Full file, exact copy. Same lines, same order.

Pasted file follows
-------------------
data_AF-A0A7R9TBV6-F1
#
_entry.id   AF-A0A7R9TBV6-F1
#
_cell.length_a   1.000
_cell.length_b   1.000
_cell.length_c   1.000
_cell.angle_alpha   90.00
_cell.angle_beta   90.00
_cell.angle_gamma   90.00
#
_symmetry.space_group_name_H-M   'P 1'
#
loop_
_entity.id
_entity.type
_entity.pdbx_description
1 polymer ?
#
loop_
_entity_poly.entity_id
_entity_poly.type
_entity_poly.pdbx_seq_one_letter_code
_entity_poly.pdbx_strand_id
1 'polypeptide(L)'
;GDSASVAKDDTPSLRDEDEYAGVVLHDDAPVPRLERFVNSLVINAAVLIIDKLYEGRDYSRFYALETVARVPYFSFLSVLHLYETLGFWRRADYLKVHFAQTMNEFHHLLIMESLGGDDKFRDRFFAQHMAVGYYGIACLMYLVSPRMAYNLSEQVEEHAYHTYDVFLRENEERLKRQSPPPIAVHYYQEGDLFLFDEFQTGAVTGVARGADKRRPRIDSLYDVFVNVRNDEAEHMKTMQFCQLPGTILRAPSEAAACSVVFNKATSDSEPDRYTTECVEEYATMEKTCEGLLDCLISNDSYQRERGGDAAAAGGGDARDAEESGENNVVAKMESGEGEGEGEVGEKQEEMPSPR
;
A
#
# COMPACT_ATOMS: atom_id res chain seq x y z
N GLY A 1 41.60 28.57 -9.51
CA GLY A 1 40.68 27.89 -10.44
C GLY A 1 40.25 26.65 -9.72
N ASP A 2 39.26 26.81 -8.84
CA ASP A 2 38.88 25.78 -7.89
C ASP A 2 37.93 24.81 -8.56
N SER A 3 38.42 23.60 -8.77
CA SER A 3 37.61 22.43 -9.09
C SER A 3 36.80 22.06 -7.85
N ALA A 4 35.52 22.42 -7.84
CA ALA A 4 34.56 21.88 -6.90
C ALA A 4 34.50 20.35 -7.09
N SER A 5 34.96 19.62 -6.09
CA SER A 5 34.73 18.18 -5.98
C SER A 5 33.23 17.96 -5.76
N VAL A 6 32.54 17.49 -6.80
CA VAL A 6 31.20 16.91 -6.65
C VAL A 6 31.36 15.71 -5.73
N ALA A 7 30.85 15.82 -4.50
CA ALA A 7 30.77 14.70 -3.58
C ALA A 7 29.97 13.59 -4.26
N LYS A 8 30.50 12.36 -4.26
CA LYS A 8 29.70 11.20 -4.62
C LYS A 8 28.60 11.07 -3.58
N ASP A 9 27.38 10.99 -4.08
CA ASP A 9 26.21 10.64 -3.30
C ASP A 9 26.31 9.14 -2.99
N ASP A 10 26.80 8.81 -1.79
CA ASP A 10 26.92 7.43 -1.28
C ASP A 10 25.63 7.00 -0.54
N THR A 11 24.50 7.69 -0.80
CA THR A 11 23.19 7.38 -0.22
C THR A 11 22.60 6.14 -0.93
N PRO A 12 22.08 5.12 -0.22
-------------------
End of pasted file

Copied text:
data_AF-A0A7R9TBV6-F1
#
_entry.id   AF-A0A7R9TBV6-F1
#
_cell.length_a   1.000
_cell.length_b   1.000
_cell.length_c   1.000
_cell.angle_alpha   90.00
_cell.angle_beta   90.00
_cell.angle_gamma   90.00
#
_symmetry.space_group_name_H-M   'P 1'
#
loop_
_entity.id
_entity.type
_entity.pdbx_description
1 polymer ?
#
loop_
_entity_poly.entity_id
_entity_poly.type
_entity_poly.pdbx_seq_one_letter_code
_entity_poly.pdbx_strand_id
1 'polypeptide(L)'
;GDSASVAKDDTPSLRDEDEYAGVVLHDDAPVPRLERFVNSLVINAAVLIIDKLYEGRDYSRFYALETVARVPYFSFLSVLHLYETLGFWRRADYLKVHFAQTMNEFHHLLIMESLGGDDKFRDRFFAQHMAVGYYGIACLMYLVSPRMAYNLSEQVEEHAYHTYDVFLRENEERLKRQSPPPIAVHYYQEGDLFLFDEFQTGAVTGVARGADKRRPRIDSLYDVFVNVRNDEAEHMKTMQFCQLPGTILRAPSEAAACSVVFNKATSDSEPDRYTTECVEEYATMEKTCEGLLDCLISNDSYQRERGGDAAAAGGGDARDAEESGENNVVAKMESGEGEGEGEVGEKQEEMPSPR
;
A
#
# COMPACT_ATOMS: atom_id res chain seq x y z
N GLY A 1 41.60 28.57 -9.51
CA GLY A 1 40.68 27.89 -10.44
C GLY A 1 40.25 26.65 -9.72
N ASP A 2 39.26 26.81 -8.84
CA ASP A 2 38.88 25.78 -7.89
C ASP A 2 37.93 24.81 -8.56
N SER A 3 38.42 23.60 -8.77
CA SER A 3 37.61 22.43 -9.09
C SER A 3 36.80 22.06 -7.85
N ALA A 4 35.52 22.42 -7.84
CA ALA A 4 34.56 21.88 -6.90
C ALA A 4 34.50 20.35 -7.09
N SER A 5 34.96 19.62 -6.09
CA SER A 5 34.73 18.18 -5.98
C SER A 5 33.23 17.96 -5.76
N VAL A 6 32.54 17.49 -6.80
CA VAL A 6 31.20 16.91 -6.65
C VAL A 6 31.36 15.71 -5.73
N ALA A 7 30.85 15.82 -4.50
CA ALA A 7 30.77 14.70 -3.58
C ALA A 7 29.97 13.59 -4.26
N LYS A 8 30.50 12.36 -4.26
CA LYS A 8 29.70 11.20 -4.62
C LYS A 8 28.60 11.07 -3.58
N ASP A 9 27.38 10.99 -4.08
CA ASP A 9 26.21 10.64 -3.30
C ASP A 9 26.31 9.14 -2.99
N ASP A 10 26.80 8.81 -1.79
CA ASP A 10 26.92 7.43 -1.28
C ASP A 10 25.63 7.00 -0.54
N THR A 11 24.50 7.69 -0.80
CA THR A 11 23.19 7.38 -0.22
C THR A 11 22.60 6.14 -0.93
N PRO A 12 22.08 5.12 -0.22